I was experimenting as I built this, so the first version was built in an old-fashioned glass, and only shaken to chill. Dissolve the sugar in the vodka infusion, then add rum and lime. Add ice to your shaker, then the liquids, and shake until cold. You might want to sweeten to taste.

(This one is much better than my first attempt at making a cocktail from scratch, so some folks should prepare to be drinking it.)

Uisge-beatha

To make Irish Usquebaugh; from Lord Capell‘s Receipt, when he was Lord Lieutenant of Ireland.

To every Gallon of French-Brandy, put one Ounce of Liquorice sliced, one Ounce of sweet Fennel-Seeds, one Ounce of Anniseeds, one Pound of Raisins of the Sun split and stoned, a quarter of a Pound of Figs split, two Drachms of Coriander-Seeds, let these infuse about eight or nine Days, and pour the Liquor clear off, then add half an Ounce of Saffron, in a Bag, for a Day or two, and when that is out, put in a Drachm of Musk. If when this Composition is made, it seems to be too high a Cordial for the Stomach, put to it more Brandy, till you reduce it to the Temper you like. This is the same Receipt King William had when he was in Ireland.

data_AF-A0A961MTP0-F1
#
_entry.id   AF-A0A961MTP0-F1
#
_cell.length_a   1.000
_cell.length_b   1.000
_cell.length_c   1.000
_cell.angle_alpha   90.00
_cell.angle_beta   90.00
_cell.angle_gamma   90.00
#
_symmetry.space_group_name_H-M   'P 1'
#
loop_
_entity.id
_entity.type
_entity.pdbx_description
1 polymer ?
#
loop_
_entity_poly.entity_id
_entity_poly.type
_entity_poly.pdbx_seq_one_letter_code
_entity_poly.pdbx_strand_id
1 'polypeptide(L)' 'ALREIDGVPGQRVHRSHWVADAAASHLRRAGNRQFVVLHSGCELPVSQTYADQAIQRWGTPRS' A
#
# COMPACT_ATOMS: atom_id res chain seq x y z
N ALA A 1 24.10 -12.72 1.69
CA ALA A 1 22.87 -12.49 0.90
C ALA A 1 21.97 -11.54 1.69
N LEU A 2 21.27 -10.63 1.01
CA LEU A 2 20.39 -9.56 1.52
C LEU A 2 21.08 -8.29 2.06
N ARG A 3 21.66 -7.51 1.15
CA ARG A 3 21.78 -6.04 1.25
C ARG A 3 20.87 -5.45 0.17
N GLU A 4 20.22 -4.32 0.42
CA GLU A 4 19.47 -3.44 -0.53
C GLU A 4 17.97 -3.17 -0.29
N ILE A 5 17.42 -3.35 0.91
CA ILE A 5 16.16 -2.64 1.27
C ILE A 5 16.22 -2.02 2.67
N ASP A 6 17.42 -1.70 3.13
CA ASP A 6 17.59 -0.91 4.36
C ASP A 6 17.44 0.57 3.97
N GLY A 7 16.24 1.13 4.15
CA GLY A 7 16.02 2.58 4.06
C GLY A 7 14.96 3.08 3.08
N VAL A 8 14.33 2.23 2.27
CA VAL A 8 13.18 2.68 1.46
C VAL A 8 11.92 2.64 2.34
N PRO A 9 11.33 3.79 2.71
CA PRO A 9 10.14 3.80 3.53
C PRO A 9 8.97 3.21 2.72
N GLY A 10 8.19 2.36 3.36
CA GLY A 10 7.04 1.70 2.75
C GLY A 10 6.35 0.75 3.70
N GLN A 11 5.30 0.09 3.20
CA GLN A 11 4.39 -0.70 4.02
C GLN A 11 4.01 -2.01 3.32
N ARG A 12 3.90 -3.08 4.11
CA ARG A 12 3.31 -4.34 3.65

The recipe above is from The Country Housewife and Lady’s Director in the Management of a House, and the Delights and Profits of a Farm, by Richard Bradley (1736). I was looking for usquebaugh and ran across this recipe at A Collection of Civil War Alcoholic Drink Recipes at Civil War Interactive, which kindly noted the source was The Country Housewife and Lady’s Director, as reprinted in A Sip Through Time by Cindy Renfrow. I cannot attest to the quality of the recipe, but King William can.

You may notice that this concoction bears no relationship to a fine glass of Tullamore Dew other than that both contain alcohol. It’s a cordial, a medicinal water, the cure for what ails you.

(It might be a bit too absurd for some to drink a recipe mentioning King William III on Lá Fhéile Pádraig, given historical tensions. But one hopes that historical tensions can be put to rest in enjoyment of a fine beverage, regardless of its provenance.)

Bloody Mary is the … Girl I Love

Happy 3rd Birthday, No. 2 Son! Soon we’ll have the family over for a party in your honor, and they’ll be drinking some stuff you can’t, yet.